A Peace of My Mind

The events of last Tuesday night greatly disturbed my household.  We were all gathered around the television watching the election results when suddenly we were surprised by some jarring noises – a work crew from the gas company was setting up shop in the middle of our ‘cul-de-sac’.  Before we knew it, a truck, a backhoe and a team of experts were opening a hole in the asphalt, blocking us from driving out of our driveway.  Eventually we were told that the gas main (installed in 1928) had ruptured and needed to be replaced; the gas company was cutting a trench down our street when I left for work on Wednesday.  Thankfully, the workers could move their equipment and we could move our vehicles with little inconvenience. flag

As we watched these developments on Tuesday night and the aftermath on Wednesday, our displeasure with the situation increased.  We were angry that we were not consulted and our needs were not considered.  We were bothered that our freedom was hindered and we had no one to blame.  While we wanted to go outside and loudly complain to whoever would listen, we remained silent – we knew our angry outbursts would not accomplish anything good and possibly produce something bad.  We were faced with the ubiquitous station in life where we had reason to be angry.   But should that reason result in our making it a right?

If it is possible, as far as it depends on you, live at peace with everyone.   Romans 12:18 (NIV)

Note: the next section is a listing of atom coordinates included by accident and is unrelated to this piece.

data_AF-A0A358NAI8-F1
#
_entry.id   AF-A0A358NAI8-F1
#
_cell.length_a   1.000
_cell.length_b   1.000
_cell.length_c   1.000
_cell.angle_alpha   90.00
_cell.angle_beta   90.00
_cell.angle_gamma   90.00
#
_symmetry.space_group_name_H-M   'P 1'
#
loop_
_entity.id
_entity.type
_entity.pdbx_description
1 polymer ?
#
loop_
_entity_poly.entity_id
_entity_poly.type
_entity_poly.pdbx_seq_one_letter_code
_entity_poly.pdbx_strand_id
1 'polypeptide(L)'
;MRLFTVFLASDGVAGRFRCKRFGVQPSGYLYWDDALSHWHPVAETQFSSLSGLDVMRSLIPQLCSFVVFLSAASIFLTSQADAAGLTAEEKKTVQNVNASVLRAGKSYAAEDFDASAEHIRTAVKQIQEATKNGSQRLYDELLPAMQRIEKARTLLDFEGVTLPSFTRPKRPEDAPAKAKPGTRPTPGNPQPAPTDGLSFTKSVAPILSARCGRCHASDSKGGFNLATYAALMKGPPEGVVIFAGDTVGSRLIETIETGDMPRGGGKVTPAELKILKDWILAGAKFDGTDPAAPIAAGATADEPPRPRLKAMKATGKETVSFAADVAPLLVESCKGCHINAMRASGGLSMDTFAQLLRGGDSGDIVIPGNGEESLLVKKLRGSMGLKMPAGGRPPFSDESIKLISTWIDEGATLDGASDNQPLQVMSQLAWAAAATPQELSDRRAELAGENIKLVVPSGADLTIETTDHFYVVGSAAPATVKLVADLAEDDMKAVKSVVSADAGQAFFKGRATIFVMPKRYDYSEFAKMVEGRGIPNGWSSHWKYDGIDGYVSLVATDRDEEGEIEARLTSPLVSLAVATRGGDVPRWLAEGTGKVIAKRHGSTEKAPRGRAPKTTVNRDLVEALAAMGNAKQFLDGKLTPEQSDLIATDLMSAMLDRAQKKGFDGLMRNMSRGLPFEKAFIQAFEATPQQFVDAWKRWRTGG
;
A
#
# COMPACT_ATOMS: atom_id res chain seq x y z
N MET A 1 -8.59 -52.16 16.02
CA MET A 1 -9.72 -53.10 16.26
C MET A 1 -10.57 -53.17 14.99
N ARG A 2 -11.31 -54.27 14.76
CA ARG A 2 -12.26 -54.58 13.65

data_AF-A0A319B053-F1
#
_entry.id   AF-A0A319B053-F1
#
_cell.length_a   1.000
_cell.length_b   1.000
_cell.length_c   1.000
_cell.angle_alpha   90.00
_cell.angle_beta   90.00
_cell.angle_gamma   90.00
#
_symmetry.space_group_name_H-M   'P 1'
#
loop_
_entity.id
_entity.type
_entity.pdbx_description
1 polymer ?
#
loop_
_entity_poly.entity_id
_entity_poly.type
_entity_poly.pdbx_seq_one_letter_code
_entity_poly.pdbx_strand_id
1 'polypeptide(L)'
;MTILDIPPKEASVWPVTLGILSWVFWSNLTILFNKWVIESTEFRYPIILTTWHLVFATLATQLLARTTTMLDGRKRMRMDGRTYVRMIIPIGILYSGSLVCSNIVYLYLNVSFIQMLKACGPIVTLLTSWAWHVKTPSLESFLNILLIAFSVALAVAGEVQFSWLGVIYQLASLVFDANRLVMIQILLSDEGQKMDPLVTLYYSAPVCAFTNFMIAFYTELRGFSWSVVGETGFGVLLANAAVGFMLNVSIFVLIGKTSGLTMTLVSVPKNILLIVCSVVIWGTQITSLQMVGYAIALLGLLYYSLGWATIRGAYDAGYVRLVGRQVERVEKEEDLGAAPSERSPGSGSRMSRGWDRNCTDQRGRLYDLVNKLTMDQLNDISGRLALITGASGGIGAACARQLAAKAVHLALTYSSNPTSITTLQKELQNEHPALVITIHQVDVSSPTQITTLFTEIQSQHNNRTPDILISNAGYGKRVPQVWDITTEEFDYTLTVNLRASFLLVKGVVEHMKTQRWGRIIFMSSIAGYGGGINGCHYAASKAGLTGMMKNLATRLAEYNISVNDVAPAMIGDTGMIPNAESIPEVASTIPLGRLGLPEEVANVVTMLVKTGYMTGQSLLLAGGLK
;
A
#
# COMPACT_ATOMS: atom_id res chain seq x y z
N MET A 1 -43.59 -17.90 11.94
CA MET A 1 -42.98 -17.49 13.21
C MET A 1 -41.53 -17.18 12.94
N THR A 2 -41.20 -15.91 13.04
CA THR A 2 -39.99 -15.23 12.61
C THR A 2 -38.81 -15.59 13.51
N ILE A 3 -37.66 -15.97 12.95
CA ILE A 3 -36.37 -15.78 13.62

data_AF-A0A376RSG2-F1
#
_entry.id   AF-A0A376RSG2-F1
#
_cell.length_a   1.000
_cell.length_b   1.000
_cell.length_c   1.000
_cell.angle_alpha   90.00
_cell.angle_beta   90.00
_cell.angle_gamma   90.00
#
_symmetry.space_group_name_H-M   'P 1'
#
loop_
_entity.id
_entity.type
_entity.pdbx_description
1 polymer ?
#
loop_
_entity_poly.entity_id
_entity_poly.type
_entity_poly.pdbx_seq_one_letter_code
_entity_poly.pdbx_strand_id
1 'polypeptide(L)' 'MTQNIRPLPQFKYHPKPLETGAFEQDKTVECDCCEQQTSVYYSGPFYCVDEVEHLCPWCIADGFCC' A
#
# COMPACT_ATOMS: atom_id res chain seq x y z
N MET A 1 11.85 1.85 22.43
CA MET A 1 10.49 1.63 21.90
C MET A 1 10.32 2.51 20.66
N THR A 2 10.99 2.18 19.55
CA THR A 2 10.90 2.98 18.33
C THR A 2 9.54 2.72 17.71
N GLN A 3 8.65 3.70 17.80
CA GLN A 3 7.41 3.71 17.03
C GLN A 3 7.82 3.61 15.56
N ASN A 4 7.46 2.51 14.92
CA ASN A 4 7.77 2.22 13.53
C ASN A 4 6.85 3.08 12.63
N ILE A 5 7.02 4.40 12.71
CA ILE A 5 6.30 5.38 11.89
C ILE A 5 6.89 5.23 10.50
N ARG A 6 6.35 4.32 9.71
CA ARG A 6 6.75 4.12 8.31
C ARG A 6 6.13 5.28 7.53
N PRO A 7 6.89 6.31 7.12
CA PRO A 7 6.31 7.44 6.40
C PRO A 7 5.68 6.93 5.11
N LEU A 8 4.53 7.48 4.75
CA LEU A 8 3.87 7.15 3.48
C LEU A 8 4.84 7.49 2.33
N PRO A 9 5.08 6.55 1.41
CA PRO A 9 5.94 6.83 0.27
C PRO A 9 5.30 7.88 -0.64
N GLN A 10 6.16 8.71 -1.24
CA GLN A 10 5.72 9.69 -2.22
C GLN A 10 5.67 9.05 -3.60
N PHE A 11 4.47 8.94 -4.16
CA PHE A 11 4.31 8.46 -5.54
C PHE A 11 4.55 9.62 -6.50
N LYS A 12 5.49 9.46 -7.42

We live in a strongly individualized society.  We are continually offended, insulted and aggrieved by those around us exercising their freedoms.  We hear things that disturb our sensibilities and see things raise our rancor, causing us to consider seeking retaliation.  But if we know Jesus as Lord and Savior, we must reconsider our desires to indulge these inner voices. We, as Christians, are called to live at peace.  And the best way to live at peace is through practicing three peace-making disciplines.

Hostility is not the answer and “fighting fire with fire” only increases the flames.  When we want retribution, we would be wise to pray, to have patience and to show compassion.  Whether it is for authorities (like presidents or police) or aggravators (like gas company employees), we can lift them up in prayer and seek for them God’s wisdom to make the best decisions.  Whether it is for commuters (noisy riders on the train or aggressive drivers on the roads) or critics (with ‘helpful advice’ or hateful rhetoric), we can exhibit patience and endure discomfort.  Whatever separates or divides us (economics, experiences or ethnicities), we can show compassion by choosing to consider their side and contemplate our shared struggles.

The world needs peacemakers, people who are actively seeking reconciliation and common ground.  If the national events of Tuesday night are any indication, half of us are dealing with disappointment and the rest are (very) cautiously optimistic about our country’s direction.  We are a divided nation needing people who seek unity.  We need people who will pray, be patient and bring compassion to our neighbors and our neighborhoods.  Will you accept the Bible’s challenge and live at peace with everyone, as much as it depends upon you?

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